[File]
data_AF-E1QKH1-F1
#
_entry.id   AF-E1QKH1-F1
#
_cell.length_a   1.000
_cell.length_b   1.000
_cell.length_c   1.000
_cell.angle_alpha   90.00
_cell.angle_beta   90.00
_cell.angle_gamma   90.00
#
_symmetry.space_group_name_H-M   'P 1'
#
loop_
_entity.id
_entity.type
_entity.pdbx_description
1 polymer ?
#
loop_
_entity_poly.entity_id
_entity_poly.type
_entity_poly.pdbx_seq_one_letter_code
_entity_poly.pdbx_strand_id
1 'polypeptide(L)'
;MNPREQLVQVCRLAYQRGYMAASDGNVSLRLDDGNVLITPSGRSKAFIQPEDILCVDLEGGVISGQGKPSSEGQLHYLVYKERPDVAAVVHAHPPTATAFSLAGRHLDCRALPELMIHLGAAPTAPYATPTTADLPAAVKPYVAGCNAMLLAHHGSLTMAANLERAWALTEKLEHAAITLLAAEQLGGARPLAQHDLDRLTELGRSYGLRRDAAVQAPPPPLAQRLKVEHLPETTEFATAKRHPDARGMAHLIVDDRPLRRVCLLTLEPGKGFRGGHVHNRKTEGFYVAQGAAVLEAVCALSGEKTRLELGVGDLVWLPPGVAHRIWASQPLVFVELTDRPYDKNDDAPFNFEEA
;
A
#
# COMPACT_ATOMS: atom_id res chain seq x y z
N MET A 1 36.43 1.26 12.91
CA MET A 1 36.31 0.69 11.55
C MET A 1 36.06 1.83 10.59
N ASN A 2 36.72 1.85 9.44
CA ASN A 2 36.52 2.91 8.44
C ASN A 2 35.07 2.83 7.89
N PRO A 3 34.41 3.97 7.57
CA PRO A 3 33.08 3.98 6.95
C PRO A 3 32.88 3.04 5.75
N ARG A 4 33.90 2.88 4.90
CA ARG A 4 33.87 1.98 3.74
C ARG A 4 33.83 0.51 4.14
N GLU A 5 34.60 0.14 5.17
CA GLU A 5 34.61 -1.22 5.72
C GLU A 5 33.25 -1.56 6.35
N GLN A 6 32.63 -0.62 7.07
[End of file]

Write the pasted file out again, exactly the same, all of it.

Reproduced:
data_AF-E1QKH1-F1
#
_entry.id   AF-E1QKH1-F1
#
_cell.length_a   1.000
_cell.length_b   1.000
_cell.length_c   1.000
_cell.angle_alpha   90.00
_cell.angle_beta   90.00
_cell.angle_gamma   90.00
#
_symmetry.space_group_name_H-M   'P 1'
#
loop_
_entity.id
_entity.type
_entity.pdbx_description
1 polymer ?
#
loop_
_entity_poly.entity_id
_entity_poly.type
_entity_poly.pdbx_seq_one_letter_code
_entity_poly.pdbx_strand_id
1 'polypeptide(L)'
;MNPREQLVQVCRLAYQRGYMAASDGNVSLRLDDGNVLITPSGRSKAFIQPEDILCVDLEGGVISGQGKPSSEGQLHYLVYKERPDVAAVVHAHPPTATAFSLAGRHLDCRALPELMIHLGAAPTAPYATPTTADLPAAVKPYVAGCNAMLLAHHGSLTMAANLERAWALTEKLEHAAITLLAAEQLGGARPLAQHDLDRLTELGRSYGLRRDAAVQAPPPPLAQRLKVEHLPETTEFATAKRHPDARGMAHLIVDDRPLRRVCLLTLEPGKGFRGGHVHNRKTEGFYVAQGAAVLEAVCALSGEKTRLELGVGDLVWLPPGVAHRIWASQPLVFVELTDRPYDKNDDAPFNFEEA
;
A
#
# COMPACT_ATOMS: atom_id res chain seq x y z
N MET A 1 36.43 1.26 12.91
CA MET A 1 36.31 0.69 11.55
C MET A 1 36.06 1.83 10.59
N ASN A 2 36.72 1.85 9.44
CA ASN A 2 36.52 2.91 8.44
C ASN A 2 35.07 2.83 7.89
N PRO A 3 34.41 3.97 7.57
CA PRO A 3 33.08 3.98 6.95
C PRO A 3 32.88 3.04 5.75
N ARG A 4 33.90 2.88 4.90
CA ARG A 4 33.87 1.98 3.74
C ARG A 4 33.83 0.51 4.14
N GLU A 5 34.60 0.14 5.17
CA GLU A 5 34.61 -1.22 5.72
C GLU A 5 33.25 -1.56 6.35
N GLN A 6 32.63 -0.62 7.07